12. Children's books have 50% more rare words in them than does an average showing of adult prime-time television.


13. Dr. Seuss's editor bet him $50 that he couldn't write a children's book in 50 words or less. Dr. Seuss won the bet with his book 'Green Eggs and Ham.'


14. The author would sing the simple four-lined poem in the children’s book ‘Love You Forever’ silently to himself after his wife gave birth to two stillborn babies.


15. Edgar Allan Poe wrote a novel named “The Narrative Gordon Pym of Nantucket” in which a group of shipwrecked survivors draw lots in which the loser will be eaten, the boy who lost was named Richard Parker. 50 years later an English ship sank and the survivors drew lots. The loser’s name was Richard Parker.


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16Christine Maggiore

Christine Maggiore was a AIDS skeptic who wrote the book "What if Everything You Thought You Knew About AIDS Was Wrong?" ultimately died from AIDS-related pneumonia.


17. The author of the science fiction novel "Do Androids Dream of Electric Sheep?" by Philip K. Dick was published in 1968. It said, “There will come a time when it isn't ‘They’re spying on me through my phone’ anymore. Eventually, it will be ‘My phone is spying on me’.”


18. In the novel 'I Am Legend', the vampires fear crosses, garlic and mirrors, only because they think they should.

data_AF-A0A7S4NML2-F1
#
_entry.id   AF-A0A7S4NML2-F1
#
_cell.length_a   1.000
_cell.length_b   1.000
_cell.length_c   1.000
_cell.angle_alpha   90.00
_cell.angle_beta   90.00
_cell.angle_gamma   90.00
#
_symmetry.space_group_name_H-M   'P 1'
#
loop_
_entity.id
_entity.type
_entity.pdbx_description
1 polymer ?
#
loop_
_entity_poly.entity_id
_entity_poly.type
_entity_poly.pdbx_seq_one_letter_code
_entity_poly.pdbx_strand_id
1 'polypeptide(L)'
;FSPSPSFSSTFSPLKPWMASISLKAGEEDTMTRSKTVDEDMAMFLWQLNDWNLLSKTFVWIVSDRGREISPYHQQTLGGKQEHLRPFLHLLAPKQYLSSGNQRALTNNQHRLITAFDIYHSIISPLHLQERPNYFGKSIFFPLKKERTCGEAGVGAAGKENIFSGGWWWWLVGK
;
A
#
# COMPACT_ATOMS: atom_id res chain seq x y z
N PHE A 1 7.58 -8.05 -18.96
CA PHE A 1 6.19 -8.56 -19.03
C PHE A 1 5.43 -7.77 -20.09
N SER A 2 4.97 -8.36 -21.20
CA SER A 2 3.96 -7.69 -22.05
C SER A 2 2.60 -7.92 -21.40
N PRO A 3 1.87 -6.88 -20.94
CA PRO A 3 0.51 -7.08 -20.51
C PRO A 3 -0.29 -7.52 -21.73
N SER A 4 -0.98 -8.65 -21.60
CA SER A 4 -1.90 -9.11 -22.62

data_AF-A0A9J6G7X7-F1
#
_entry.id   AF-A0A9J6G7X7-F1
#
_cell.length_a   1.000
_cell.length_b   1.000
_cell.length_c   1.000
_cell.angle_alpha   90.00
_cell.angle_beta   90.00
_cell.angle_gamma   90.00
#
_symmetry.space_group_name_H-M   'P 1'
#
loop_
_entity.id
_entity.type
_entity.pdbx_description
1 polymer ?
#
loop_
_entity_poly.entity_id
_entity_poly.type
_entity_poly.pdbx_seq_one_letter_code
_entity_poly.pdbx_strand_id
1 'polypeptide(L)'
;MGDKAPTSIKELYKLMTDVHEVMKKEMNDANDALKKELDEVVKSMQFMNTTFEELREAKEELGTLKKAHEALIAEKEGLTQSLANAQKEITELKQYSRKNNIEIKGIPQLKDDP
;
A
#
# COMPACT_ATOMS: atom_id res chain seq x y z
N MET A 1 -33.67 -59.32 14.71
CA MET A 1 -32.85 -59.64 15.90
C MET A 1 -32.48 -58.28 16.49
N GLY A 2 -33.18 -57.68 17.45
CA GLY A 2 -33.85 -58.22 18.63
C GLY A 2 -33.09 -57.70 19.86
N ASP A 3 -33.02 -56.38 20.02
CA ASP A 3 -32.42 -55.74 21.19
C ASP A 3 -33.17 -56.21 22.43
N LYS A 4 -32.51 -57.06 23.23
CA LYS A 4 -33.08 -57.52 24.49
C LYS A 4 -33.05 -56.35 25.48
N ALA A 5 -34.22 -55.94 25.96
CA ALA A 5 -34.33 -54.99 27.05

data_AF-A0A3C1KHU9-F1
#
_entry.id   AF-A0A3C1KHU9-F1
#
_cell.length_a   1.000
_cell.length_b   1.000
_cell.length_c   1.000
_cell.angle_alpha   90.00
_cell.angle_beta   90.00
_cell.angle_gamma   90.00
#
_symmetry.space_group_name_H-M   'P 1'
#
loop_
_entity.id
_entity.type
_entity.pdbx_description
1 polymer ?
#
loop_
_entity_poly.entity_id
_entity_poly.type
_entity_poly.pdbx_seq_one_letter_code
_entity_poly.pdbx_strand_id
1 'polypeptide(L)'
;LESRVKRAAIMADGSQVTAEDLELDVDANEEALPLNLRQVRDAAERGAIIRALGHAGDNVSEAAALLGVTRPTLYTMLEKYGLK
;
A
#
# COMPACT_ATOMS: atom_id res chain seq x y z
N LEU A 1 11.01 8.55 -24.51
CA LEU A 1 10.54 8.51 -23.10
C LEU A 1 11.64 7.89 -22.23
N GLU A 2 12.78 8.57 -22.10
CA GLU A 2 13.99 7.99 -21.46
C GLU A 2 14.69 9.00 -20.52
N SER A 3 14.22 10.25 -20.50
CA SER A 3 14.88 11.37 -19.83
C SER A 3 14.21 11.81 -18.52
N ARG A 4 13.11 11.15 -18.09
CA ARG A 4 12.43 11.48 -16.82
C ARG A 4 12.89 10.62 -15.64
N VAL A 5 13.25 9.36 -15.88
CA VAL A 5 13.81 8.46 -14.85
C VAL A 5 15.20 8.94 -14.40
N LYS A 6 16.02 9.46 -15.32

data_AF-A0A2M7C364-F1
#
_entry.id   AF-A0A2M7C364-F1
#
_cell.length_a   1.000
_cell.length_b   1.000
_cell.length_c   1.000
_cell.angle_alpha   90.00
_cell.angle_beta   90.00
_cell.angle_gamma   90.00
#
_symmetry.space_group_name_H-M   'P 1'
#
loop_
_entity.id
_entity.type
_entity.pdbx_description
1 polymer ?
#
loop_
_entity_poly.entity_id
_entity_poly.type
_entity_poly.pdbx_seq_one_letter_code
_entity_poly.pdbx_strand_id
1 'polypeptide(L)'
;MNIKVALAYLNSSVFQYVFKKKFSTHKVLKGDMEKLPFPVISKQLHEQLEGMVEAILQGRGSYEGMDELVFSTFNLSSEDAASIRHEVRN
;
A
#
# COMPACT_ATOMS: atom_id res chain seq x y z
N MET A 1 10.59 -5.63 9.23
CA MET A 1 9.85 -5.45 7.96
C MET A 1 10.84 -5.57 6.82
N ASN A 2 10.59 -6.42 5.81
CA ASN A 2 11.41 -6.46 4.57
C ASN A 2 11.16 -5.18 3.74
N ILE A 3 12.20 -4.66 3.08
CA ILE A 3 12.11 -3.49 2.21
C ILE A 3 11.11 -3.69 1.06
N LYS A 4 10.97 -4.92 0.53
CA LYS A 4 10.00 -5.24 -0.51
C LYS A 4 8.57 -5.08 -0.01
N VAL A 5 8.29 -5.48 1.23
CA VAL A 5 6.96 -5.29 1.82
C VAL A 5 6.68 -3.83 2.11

19. The writer behind the 'The Iron Giant', Ted Hughes, had written the book for his two children to help explain to them the 1963 suicide death of their mother.


20. The collective nouns we use for animals (gaggle of geese, herd of deer, etc.) mostly come from the ‘Book of St. Albans,’ which was published in 1486. It also included terms for professions such as a melody of harpists, a sentence of judges and a superfluity of nuns.


21A Study in Scarlet

The first Sherlock Holmes book "A Study in Scarlet" was the first work of fiction to mention a magnifying glass being used as an investigative tool and is the reason we still connect this item with detectives today.


22. J.R.R. Tolkien began a book named "The Lost Road," which concerned modern-day people experiencing "flashbacks" to their former selfs in the Middle Earth. He died before finishing it.


23. When F. Scott Fitzgerald died, he thought that he was a failure, and his work forever forgotten. His novel, 'The Great Gatsby', was reviewed poorly and had only sold 20,000 copies. It's now considered the greatest novel in American history, and sells over 500,000 copies per year.


24. The book 'Walden' by Henry David Thoreau is often seen as a 'bible' for self-sufficiency enthusiasts. However, while many picture Thoreau as a hermit in the woods, his cabin on the lake was about a mile from town, where he would often go to visit his mother, who did his laundry for him.


25. There is a book called "Becoming Batman: The Possibility of a Superhero" written by a neuroscience professor named E. Paul Zehr, which covers in detail how much an ordinary person would need to train and adapt to become Batman.